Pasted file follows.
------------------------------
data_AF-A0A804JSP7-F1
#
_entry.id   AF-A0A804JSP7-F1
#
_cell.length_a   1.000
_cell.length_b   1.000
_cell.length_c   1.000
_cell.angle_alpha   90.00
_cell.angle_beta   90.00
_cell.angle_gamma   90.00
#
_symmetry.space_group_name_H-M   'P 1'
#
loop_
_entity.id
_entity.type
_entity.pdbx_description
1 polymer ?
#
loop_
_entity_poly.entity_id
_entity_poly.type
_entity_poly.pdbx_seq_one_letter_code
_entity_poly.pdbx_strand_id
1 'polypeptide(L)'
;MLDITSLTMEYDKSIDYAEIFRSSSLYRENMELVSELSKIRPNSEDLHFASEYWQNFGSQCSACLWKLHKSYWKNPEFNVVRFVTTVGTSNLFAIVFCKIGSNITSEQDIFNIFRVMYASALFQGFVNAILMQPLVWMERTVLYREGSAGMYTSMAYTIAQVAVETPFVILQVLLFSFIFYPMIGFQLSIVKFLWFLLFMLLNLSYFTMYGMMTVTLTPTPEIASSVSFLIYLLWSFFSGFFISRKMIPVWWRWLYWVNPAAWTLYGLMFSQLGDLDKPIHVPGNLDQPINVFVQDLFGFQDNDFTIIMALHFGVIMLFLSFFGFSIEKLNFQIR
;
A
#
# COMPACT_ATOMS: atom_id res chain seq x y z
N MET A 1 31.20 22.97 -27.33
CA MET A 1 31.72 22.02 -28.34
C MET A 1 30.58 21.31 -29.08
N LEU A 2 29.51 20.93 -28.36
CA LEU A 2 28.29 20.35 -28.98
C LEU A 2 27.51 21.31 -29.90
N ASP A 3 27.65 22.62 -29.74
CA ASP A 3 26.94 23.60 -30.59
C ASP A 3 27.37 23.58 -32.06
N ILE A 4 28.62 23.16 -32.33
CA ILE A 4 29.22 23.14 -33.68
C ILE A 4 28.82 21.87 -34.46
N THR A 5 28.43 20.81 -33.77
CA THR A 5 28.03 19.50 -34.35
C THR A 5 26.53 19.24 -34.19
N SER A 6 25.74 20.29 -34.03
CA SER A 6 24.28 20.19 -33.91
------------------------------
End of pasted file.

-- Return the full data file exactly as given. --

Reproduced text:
data_AF-A0A804JSP7-F1
#
_entry.id   AF-A0A804JSP7-F1
#
_cell.length_a   1.000
_cell.length_b   1.000
_cell.length_c   1.000
_cell.angle_alpha   90.00
_cell.angle_beta   90.00
_cell.angle_gamma   90.00
#
_symmetry.space_group_name_H-M   'P 1'
#
loop_
_entity.id
_entity.type
_entity.pdbx_description
1 polymer ?
#
loop_
_entity_poly.entity_id
_entity_poly.type
_entity_poly.pdbx_seq_one_letter_code
_entity_poly.pdbx_strand_id
1 'polypeptide(L)'
;MLDITSLTMEYDKSIDYAEIFRSSSLYRENMELVSELSKIRPNSEDLHFASEYWQNFGSQCSACLWKLHKSYWKNPEFNVVRFVTTVGTSNLFAIVFCKIGSNITSEQDIFNIFRVMYASALFQGFVNAILMQPLVWMERTVLYREGSAGMYTSMAYTIAQVAVETPFVILQVLLFSFIFYPMIGFQLSIVKFLWFLLFMLLNLSYFTMYGMMTVTLTPTPEIASSVSFLIYLLWSFFSGFFISRKMIPVWWRWLYWVNPAAWTLYGLMFSQLGDLDKPIHVPGNLDQPINVFVQDLFGFQDNDFTIIMALHFGVIMLFLSFFGFSIEKLNFQIR
;
A
#
# COMPACT_ATOMS: atom_id res chain seq x y z
N MET A 1 31.20 22.97 -27.33
CA MET A 1 31.72 22.02 -28.34
C MET A 1 30.58 21.31 -29.08
N LEU A 2 29.51 20.93 -28.36
CA LEU A 2 28.29 20.35 -28.98
C LEU A 2 27.51 21.31 -29.90
N ASP A 3 27.65 22.62 -29.74
CA ASP A 3 26.94 23.60 -30.59
C ASP A 3 27.37 23.58 -32.06
N ILE A 4 28.62 23.16 -32.33
CA ILE A 4 29.22 23.14 -33.68
C ILE A 4 28.82 21.87 -34.46
N THR A 5 28.43 20.81 -33.77
CA THR A 5 28.03 19.50 -34.35
C THR A 5 26.53 19.24 -34.19
N SER A 6 25.74 20.29 -34.03
CA SER A 6 24.28 20.19 -33.91